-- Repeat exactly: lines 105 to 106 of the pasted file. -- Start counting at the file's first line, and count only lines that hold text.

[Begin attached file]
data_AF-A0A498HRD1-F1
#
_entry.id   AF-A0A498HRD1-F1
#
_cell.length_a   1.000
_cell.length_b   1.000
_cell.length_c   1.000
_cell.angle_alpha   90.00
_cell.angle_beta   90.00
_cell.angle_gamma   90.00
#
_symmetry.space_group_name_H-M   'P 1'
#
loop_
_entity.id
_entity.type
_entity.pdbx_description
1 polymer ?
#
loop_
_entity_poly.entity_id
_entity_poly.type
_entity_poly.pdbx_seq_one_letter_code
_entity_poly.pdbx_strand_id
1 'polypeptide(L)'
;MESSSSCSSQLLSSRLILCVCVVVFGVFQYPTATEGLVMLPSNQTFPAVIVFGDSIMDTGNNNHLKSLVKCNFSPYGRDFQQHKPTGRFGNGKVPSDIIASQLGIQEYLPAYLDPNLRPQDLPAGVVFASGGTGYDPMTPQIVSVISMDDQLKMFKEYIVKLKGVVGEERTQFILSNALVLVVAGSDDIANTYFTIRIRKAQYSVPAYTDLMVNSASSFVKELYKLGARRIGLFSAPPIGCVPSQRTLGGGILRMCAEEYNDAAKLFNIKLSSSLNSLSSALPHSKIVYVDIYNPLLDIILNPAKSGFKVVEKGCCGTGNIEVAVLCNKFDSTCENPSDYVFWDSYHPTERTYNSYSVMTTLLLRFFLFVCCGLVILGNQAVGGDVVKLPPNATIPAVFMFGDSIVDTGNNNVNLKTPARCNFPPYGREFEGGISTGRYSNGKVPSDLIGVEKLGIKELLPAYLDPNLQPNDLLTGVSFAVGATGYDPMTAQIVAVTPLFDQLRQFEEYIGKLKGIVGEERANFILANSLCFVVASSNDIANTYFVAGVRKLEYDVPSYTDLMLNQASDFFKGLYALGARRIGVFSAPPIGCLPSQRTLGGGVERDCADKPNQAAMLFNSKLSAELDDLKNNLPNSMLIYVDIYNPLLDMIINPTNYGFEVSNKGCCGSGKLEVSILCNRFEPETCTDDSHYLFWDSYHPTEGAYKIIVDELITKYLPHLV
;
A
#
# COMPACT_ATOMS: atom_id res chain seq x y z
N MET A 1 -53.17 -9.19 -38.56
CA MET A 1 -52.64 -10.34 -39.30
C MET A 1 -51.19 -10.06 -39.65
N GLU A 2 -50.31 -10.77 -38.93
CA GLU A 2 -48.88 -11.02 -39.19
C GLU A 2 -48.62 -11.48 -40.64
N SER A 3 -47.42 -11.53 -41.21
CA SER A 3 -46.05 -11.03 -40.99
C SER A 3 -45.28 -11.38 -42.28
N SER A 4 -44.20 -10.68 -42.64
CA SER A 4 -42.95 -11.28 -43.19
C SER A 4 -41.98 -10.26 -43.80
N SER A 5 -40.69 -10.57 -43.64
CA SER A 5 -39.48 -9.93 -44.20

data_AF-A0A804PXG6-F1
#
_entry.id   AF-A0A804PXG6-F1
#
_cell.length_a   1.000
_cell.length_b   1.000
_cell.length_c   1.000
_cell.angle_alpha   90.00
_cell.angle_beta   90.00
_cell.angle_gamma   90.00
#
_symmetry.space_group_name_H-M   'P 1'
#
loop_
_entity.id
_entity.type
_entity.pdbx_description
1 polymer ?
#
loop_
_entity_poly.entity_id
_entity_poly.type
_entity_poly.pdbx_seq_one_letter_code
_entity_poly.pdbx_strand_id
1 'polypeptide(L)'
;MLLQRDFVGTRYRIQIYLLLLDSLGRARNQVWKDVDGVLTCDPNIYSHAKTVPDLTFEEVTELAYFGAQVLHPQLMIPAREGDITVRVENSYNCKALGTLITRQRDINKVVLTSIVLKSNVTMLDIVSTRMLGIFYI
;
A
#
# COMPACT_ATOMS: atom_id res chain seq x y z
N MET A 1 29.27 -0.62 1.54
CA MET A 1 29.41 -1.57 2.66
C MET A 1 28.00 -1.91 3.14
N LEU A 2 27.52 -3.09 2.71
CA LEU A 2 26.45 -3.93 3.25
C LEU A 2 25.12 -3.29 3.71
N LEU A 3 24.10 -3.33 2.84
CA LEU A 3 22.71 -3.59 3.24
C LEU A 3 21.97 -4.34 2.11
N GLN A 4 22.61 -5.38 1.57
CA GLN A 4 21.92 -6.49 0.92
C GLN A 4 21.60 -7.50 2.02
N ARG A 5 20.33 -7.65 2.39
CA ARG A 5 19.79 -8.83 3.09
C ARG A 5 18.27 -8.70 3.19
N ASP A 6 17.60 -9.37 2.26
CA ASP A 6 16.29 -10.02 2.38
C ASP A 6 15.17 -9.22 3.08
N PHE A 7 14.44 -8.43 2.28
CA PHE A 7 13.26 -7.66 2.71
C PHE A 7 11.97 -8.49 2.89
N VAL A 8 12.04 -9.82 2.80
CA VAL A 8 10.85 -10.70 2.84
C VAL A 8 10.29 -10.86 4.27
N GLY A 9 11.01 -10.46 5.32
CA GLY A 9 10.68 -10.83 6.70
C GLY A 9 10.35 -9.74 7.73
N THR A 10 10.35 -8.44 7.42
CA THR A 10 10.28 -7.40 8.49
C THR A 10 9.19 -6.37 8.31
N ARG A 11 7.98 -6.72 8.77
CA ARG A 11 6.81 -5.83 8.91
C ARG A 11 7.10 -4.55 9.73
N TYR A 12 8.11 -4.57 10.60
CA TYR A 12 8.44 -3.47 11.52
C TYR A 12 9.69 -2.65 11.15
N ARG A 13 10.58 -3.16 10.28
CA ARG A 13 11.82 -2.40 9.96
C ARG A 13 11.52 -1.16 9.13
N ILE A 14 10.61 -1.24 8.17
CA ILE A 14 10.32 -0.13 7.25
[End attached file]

N ARG A 11 7.98 -6.72 8.77
CA ARG A 11 6.81 -5.83 8.91